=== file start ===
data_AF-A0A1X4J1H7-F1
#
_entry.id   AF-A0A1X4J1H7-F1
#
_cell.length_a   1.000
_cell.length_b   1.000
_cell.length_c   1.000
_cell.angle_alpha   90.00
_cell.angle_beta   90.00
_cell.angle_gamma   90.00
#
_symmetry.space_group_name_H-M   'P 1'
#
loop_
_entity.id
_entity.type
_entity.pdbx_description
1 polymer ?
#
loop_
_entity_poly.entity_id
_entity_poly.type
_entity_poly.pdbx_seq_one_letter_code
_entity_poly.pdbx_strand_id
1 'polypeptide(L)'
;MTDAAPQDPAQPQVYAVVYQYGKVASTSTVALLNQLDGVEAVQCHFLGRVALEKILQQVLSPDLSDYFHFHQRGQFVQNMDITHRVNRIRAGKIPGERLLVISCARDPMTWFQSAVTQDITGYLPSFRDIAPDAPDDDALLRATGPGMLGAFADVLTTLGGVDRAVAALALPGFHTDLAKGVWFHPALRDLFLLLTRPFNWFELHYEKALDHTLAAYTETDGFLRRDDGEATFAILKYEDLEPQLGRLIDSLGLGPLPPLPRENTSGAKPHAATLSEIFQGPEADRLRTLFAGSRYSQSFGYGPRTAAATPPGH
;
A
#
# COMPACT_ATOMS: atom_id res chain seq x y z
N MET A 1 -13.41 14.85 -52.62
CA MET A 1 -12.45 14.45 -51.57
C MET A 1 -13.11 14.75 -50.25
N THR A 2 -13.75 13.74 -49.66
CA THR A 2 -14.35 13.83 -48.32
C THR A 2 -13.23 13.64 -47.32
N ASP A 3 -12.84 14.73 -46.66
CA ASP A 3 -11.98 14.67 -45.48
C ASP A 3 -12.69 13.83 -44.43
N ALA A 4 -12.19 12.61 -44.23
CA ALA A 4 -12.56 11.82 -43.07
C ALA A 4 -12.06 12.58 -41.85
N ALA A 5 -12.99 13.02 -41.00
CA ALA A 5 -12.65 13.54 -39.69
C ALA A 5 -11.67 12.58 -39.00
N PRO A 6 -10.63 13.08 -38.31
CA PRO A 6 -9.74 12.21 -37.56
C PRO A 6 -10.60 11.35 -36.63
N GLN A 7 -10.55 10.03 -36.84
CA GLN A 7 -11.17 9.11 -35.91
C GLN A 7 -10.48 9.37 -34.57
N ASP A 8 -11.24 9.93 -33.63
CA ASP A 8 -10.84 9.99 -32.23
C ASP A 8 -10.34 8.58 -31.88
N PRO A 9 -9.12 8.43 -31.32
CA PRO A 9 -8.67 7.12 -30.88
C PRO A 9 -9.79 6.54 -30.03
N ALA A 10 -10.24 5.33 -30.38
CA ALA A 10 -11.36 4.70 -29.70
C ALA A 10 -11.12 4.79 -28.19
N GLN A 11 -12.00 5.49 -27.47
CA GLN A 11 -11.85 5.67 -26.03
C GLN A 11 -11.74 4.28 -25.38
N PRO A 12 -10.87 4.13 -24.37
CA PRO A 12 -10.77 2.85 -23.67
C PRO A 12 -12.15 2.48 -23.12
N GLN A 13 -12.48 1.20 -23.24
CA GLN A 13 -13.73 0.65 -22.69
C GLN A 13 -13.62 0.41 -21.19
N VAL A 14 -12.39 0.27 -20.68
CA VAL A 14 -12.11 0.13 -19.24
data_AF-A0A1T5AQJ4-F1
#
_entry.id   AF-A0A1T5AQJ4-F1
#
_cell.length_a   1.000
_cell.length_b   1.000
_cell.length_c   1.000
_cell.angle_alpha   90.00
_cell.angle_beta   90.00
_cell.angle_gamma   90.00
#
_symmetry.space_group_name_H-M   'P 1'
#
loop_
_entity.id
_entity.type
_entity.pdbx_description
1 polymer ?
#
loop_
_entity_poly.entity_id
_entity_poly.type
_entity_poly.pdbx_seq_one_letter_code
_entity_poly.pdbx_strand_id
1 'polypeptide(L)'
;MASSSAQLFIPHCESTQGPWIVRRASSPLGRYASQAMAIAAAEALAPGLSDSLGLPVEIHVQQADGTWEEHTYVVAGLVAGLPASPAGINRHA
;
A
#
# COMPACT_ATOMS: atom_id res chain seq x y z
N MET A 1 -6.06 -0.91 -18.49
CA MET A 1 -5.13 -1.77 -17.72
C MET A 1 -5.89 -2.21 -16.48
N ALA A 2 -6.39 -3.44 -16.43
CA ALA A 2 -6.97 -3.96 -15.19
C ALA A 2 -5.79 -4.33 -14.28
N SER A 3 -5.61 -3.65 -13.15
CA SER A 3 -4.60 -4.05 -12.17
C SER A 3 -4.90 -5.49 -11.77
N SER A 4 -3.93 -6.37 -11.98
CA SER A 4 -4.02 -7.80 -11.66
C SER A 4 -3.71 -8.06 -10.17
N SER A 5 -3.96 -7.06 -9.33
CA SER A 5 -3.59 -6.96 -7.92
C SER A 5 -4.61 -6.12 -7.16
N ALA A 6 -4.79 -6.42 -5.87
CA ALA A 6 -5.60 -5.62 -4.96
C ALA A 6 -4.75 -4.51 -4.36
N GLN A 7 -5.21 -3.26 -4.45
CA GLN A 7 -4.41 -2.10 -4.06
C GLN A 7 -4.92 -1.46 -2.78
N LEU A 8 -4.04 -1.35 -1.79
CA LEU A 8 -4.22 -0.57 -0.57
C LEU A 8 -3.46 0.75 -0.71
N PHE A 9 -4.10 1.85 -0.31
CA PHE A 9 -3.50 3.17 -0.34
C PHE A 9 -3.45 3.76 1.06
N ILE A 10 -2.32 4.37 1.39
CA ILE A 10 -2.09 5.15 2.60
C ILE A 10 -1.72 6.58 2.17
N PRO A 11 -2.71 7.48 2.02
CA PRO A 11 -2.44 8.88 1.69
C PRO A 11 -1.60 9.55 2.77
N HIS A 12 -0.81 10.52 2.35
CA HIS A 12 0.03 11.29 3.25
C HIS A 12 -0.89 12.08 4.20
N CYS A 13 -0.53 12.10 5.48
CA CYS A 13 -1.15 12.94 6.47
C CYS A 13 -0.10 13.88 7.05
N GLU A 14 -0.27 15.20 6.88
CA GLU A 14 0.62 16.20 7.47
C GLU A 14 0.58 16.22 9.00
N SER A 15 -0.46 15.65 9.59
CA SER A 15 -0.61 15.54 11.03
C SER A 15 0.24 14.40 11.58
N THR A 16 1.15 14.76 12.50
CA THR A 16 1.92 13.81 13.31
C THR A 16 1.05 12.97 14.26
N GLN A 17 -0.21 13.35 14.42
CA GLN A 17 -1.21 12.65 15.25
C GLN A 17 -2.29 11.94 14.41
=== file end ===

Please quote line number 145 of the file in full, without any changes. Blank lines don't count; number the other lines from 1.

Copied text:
CA SER A 15 -0.61 15.54 11.03